The increasing use of pallets and mechanical handling systems for loading goods in the years after WW2 required wagons with a wider door opening to allow loading.
British Railways first PalVan design featuring cross-cornered cupboard doors proved something of mistake. Not only could the hinged doors not be opened when the wagon was alongside a loading dock but, while the door opening was wider, one end of the wagon could be conveniently loaded. In service the wagons quickly proved to be proved to be highly unstable due to the resulting uneven loading and in 1962 British Railways produced a completely new design.
The VanWide featured double sliding plug doors, providing a clear opening of 9 feet and equipped with opening bars operating on both the top and bottom runners for ease of opening. Unlike hinged cupboard doors sliding doors can be opened and closed while the van is spotted alongside a loading dock or door and gave access to the central portion of the van. Loads were now placed safely between the vans' axles, giving better weight distribution, resolving the uneven loading difficulties.
The VanWide design proved very successful, with around 2000 being built and from 1978 over 500 fitted with updated suspension and air brakes, suitable for 75mph running in Railfreight Speedlink services. The last vacuum braked VanWides were withdrawn in the mid-1980s, as BR steadily eliminated vacuum braked goods trains in favour of air braked services. Many remaining VanWides were purchased by the MoD as internal user wagons at military depots, while the air braked VanWides served until 1994, mostly allocated to military traffic to and from those same depots.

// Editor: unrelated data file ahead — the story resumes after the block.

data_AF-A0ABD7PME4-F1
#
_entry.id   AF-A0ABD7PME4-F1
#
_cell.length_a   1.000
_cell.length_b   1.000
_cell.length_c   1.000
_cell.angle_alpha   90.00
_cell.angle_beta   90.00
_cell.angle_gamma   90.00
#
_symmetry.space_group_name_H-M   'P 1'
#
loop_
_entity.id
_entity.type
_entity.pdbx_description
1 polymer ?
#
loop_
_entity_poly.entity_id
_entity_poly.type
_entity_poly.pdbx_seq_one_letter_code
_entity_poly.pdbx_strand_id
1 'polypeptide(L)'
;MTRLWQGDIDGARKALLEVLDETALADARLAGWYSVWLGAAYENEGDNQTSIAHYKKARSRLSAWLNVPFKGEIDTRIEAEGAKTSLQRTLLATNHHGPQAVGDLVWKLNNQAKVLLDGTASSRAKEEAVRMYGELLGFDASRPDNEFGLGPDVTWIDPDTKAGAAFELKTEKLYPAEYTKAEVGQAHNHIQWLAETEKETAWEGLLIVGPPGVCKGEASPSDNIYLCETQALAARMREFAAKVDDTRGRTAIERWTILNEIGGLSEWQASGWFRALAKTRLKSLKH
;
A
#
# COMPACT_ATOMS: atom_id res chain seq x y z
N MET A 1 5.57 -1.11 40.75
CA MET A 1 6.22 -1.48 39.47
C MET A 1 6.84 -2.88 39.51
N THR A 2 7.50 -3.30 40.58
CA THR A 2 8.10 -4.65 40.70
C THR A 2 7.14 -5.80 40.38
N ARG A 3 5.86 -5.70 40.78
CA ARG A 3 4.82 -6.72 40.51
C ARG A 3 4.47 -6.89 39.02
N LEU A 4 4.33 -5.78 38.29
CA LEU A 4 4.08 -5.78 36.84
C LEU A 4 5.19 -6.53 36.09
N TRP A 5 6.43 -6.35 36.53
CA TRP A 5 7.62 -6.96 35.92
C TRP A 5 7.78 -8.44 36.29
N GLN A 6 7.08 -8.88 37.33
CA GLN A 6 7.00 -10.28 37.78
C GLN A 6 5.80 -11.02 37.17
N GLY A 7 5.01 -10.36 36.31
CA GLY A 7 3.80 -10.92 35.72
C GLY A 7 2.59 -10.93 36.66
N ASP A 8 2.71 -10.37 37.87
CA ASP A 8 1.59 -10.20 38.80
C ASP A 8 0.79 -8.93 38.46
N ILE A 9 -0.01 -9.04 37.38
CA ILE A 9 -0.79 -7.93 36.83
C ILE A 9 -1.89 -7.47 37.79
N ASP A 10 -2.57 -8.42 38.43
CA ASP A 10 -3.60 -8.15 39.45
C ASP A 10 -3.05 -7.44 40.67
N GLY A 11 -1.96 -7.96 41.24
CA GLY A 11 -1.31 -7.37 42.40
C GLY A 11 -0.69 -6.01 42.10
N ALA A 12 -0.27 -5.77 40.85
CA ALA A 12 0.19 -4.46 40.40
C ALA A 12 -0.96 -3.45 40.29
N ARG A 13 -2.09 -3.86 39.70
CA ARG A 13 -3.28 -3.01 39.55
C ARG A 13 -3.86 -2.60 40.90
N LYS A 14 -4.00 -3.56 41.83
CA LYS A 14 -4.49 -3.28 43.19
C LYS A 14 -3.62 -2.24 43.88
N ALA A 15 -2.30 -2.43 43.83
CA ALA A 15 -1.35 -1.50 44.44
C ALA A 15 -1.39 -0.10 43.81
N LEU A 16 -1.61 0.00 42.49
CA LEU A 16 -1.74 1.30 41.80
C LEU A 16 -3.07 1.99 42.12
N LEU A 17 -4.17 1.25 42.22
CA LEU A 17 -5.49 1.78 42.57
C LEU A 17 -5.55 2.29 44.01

The last example of the traditional era of British railway wagons 17ft 6in length 10ft wheelbase RCH underframe the VanWide neatly links the changing railway freight scene from green and blue diesel era through to Railfreight Speedlink and clearly points the way to the large doors of the next generation of goods wagons.
The Dapol O Gauge Vanwide and VEA models will feature:
- Extremely detailed and accurate body shell and chassis
- Correct suspension types for original Vanwide and later VEA
- Many separately added fine detail parts to accentuate the underframe detail
- Spring metal buffers
- Metal spring coupling hook and working instanter couplings
- Finely profiled wheels and axles with brass bearing pockets
- Compensated chassis for smooth, trouble-free running